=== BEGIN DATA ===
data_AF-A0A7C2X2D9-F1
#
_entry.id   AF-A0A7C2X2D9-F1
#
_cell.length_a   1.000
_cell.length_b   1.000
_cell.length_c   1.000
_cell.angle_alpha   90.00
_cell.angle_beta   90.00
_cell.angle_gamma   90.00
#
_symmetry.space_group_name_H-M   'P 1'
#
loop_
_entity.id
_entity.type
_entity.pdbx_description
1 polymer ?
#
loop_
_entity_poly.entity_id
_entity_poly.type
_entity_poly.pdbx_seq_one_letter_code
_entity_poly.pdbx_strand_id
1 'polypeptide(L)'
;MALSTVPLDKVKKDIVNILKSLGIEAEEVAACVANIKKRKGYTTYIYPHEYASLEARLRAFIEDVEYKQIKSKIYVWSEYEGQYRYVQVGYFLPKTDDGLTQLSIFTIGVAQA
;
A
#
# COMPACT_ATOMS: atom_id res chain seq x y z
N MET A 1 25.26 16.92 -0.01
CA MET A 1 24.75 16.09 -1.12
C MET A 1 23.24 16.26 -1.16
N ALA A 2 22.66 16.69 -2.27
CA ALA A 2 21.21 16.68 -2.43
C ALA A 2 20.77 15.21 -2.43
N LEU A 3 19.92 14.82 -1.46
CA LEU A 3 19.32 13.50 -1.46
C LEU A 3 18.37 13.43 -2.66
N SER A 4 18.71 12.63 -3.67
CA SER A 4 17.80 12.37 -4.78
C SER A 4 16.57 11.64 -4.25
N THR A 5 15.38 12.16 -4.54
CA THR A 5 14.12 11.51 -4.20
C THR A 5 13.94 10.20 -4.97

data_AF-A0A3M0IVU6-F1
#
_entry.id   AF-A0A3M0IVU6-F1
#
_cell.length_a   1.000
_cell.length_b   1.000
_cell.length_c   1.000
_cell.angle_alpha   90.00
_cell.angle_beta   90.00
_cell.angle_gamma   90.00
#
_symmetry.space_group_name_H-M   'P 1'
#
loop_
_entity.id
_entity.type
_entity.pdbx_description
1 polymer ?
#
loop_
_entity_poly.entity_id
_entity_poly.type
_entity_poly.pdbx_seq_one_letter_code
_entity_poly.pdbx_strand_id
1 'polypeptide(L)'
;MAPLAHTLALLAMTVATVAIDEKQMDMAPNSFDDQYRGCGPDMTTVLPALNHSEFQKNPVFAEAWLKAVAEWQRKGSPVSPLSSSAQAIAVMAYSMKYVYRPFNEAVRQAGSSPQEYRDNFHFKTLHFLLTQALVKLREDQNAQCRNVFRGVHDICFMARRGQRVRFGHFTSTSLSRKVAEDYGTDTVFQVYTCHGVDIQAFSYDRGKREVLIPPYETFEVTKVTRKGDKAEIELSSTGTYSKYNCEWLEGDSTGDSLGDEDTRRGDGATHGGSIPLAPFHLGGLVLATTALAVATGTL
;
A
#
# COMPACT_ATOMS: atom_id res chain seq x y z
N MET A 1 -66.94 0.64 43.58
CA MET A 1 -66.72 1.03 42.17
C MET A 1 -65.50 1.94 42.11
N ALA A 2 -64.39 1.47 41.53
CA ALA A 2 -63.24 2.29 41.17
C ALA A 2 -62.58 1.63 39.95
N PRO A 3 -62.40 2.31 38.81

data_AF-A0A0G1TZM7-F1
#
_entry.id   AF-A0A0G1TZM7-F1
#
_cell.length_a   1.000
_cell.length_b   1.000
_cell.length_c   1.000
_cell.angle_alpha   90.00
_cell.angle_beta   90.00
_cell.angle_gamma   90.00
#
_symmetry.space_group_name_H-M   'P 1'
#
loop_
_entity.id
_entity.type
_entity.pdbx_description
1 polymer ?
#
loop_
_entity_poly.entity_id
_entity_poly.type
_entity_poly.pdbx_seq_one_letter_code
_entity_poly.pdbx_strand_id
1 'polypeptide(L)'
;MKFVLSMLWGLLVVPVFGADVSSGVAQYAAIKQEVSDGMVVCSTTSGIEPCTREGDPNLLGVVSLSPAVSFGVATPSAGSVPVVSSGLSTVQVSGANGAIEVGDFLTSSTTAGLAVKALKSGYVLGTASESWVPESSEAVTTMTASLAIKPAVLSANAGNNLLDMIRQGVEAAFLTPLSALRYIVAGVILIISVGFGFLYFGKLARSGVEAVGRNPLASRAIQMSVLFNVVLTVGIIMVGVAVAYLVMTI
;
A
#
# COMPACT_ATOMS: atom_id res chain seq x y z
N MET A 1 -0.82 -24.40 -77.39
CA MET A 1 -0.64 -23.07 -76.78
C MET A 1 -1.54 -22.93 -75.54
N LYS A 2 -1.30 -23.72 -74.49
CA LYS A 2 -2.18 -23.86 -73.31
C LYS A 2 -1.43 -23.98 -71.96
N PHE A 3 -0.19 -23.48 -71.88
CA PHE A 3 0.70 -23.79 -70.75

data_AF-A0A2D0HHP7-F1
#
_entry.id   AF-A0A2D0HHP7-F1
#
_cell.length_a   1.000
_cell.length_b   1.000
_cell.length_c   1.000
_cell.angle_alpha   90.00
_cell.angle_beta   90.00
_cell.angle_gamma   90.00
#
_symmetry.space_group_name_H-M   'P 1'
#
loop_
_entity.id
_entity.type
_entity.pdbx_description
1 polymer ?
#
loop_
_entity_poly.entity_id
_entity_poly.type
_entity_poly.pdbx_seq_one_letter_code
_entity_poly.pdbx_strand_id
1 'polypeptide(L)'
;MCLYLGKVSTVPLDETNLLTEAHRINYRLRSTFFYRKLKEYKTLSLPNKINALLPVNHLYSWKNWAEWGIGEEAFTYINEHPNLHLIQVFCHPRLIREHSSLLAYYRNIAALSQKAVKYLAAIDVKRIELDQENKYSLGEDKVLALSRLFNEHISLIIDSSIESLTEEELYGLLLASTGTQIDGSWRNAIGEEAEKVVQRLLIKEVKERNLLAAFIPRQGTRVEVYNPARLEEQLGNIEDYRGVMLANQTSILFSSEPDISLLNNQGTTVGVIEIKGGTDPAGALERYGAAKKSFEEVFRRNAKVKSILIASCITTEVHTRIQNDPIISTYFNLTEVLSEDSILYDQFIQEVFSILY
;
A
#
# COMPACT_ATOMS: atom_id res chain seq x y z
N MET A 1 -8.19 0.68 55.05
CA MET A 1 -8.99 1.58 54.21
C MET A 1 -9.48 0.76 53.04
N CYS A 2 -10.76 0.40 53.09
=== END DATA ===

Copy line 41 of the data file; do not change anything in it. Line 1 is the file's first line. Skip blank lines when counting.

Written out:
CA SER A 4 17.80 12.37 -4.78